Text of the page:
Rose's Deli

Teapot, meet kettle.

So earlier today I threw some smug JLowe's way for always going out to lunch.

Then my wife showed up downtown with my daughter, forcing me to go out to lunch for the second time in as many days.

I suck.

Anyway, we were on our way to The Spicy Pickle, which is a current fave (went there last week with JLowe and had a nice sandwich, but I didn't feel like re-blogging the same place). We walked past and realized the set-up really isn't all that conducive to a toddling little girl. So we passed by, and headed over to Rose's.

Rose's has history in Portland. Back when I was young, Rose's had two locations of which I was aware, one on NW 23rd and one out near Gateway in NE. They may have had others, but I wasn't aware of them.

The one on 23rd was a favorite hang-out in my high school years. I loved to go there, have some Matzo Ball soup, and then head up to Washington Park. The NE location was good for the occasional lunch with grandma, who lives out that way to this very day.

Both closed, to the chagrin of many people who really enjoyed their sandwiches and, perhaps more importantly, their desserts.

A few years ago, they re-opened in a smaller location on NW 23rd, closer to Good Sam Hospital. Much more deli than restaurant, the new location was uncluttered, simply appointed, and encouraged prompt eating over lounging about. But the food was every bit as good.

Other locations opened (they currently have five), but beyond the downtown location in the Wells Fargo Building, I haven't ventured any further to try them out.

Anyway, back to today. We headed to Roses, because although they don't have high chairs or anything like that either, at least there is some room to breathe and it's a bit more conducive to a kid-let.

The options are many. Generally, my advice is to stick with one of the Reuben's. They are all good (if a bit too-good) and you can't miss with any of them. However, given my recent attempts to clean up my diet a bit, I opted for the Gardenburger. My wife got the Turkey Club. For the daughter, grilled cheese.

The Gardenburger was disappointing. Served on normal whole-wheat bread (no other options were provided) with tomato and lettuce and nothing else, it was boring. Rose's offers a variety of local Beaver-brand mustards on the tables, so I ate one-half with deli mustard and one-half with spicy hot. Okay, but certainly not great.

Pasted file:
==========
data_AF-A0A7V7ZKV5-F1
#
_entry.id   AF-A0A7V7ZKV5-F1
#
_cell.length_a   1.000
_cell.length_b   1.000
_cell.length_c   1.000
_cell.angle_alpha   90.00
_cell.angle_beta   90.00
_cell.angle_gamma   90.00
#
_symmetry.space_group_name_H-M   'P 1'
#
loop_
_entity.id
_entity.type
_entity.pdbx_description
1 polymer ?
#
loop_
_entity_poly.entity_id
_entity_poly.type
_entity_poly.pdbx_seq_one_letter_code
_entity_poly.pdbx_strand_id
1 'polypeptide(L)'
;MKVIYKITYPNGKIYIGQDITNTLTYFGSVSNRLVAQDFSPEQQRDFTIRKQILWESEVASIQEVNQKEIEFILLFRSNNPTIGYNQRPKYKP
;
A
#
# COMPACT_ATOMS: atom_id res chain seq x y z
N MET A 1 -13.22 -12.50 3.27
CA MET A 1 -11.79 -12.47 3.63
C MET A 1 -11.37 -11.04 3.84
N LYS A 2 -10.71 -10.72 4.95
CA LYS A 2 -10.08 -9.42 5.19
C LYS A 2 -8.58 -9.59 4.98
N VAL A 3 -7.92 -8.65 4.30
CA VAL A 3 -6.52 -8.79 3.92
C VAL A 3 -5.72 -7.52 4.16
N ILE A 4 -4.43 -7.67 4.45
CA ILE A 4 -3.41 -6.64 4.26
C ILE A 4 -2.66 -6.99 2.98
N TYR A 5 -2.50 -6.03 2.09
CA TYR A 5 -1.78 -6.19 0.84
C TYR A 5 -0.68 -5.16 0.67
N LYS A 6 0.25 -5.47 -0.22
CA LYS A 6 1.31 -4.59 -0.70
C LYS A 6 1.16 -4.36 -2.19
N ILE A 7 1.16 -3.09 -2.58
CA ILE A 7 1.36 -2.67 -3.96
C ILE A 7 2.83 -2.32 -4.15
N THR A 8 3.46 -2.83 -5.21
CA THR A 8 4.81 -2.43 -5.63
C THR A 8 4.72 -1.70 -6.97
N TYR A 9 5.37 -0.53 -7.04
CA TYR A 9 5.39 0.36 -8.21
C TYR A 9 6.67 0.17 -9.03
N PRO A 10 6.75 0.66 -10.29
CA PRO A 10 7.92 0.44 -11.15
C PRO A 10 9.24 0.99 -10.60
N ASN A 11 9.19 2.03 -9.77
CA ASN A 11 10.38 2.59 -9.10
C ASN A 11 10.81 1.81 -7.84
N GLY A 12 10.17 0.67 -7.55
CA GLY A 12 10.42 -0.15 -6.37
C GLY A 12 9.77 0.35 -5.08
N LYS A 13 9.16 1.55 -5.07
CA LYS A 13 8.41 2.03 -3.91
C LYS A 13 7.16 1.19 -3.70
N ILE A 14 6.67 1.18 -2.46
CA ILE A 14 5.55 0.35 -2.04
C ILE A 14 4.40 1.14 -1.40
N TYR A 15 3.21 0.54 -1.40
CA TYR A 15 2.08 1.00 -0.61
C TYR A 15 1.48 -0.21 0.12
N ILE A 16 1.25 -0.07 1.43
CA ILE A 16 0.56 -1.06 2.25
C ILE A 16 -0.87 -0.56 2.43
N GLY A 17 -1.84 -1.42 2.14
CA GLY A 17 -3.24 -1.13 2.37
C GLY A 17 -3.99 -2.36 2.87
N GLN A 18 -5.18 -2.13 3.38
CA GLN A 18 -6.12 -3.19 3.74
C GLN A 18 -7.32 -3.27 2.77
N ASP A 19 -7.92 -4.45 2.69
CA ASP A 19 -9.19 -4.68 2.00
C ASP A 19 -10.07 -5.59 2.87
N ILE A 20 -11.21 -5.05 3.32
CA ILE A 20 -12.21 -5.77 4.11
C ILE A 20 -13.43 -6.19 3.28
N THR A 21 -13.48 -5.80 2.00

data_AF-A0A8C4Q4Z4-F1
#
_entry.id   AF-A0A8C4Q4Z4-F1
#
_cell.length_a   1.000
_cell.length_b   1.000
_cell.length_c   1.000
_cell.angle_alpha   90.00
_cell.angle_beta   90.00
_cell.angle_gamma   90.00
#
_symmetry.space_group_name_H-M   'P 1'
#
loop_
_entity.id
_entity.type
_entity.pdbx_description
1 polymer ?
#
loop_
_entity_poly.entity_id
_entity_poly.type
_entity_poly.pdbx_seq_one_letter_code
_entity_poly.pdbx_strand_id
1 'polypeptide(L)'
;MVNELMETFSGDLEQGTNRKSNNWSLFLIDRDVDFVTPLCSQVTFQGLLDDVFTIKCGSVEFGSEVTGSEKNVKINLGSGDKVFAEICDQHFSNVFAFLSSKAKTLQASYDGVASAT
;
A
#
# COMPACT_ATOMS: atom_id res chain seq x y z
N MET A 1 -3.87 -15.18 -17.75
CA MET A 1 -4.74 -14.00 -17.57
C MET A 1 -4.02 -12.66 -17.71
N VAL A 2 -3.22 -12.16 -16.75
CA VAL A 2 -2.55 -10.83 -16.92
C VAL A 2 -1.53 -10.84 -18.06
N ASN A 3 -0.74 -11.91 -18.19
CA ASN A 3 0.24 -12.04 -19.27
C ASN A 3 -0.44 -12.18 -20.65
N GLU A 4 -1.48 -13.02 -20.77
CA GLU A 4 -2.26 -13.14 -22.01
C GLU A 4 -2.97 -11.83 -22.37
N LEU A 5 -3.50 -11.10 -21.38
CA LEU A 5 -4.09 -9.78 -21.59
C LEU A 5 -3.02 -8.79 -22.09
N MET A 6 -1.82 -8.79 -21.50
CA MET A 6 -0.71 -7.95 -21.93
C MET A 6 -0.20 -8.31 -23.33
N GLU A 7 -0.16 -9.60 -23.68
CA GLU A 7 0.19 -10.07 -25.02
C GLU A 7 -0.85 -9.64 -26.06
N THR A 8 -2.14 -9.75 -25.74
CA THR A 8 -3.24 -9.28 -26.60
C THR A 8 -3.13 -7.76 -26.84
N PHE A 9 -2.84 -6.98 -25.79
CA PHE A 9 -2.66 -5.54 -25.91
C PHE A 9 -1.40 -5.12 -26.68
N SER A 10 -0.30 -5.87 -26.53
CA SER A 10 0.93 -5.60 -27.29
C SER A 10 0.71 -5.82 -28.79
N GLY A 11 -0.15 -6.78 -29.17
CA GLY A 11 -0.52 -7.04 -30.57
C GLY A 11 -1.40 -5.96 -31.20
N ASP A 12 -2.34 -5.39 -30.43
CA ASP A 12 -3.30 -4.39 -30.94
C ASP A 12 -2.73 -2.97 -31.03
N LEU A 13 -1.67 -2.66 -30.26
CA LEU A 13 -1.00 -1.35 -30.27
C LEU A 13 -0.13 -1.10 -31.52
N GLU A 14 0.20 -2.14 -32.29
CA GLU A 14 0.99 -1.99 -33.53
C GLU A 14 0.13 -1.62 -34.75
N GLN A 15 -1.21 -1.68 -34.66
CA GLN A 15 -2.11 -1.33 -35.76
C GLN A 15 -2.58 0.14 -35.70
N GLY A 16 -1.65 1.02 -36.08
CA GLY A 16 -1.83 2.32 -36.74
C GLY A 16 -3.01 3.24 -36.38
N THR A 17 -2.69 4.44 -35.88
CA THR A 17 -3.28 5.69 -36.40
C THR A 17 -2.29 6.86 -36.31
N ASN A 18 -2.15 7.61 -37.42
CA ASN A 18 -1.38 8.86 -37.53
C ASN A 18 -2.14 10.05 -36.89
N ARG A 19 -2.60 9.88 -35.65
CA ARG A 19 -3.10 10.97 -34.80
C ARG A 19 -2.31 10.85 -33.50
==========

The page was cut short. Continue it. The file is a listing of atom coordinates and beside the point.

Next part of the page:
I sampled the wife's Turkey Club, which was great. Served on sourdough, the turkey was plentiful and delicious, and the bacon was chewy-but-not-crispy (just the way I like it) with little discernable fat. The sandwich comes with mayo on it, and really nothing else was needed.

Wanting to be very thorough for you, my intrepid reader (there may be more than one, but I don't want to assume too much!), I tried the grilled cheese. Crappy. The bread was too-soft and not at all buttery, which I think are two signs of a poor grilled cheese. There was plenty of cheese, so no let-down there, but I wept for my poor child.

Sandwiches come with a choice of chips or potato salad. The potato salad is good; I believe it's home-made. My wife has an aversion to potato salad that is to "mayonaisse-y," and for her this potato salad didn't cut it, but for most people I think it would be just great. My daughter loved it.

The finishing touch is the pickle. The Spicy Pickle gives you a spicy spear. Rose's gives you a flavorful-yet-painless whole pickle. It was good. I could tell not only by eating it, but by the hilarious frowns my daughter made with each successive taste, showing me that although she hated it, she had to have more. I wish I'd brought my camera.

For the three of us it was about $21. A tad over-priced, but not too shabby.

Rose's is a decent option for a good lunch. If you want a Reuben, it's a can't miss. If you're looking for less deli and more healthy, there are better choices downtown.

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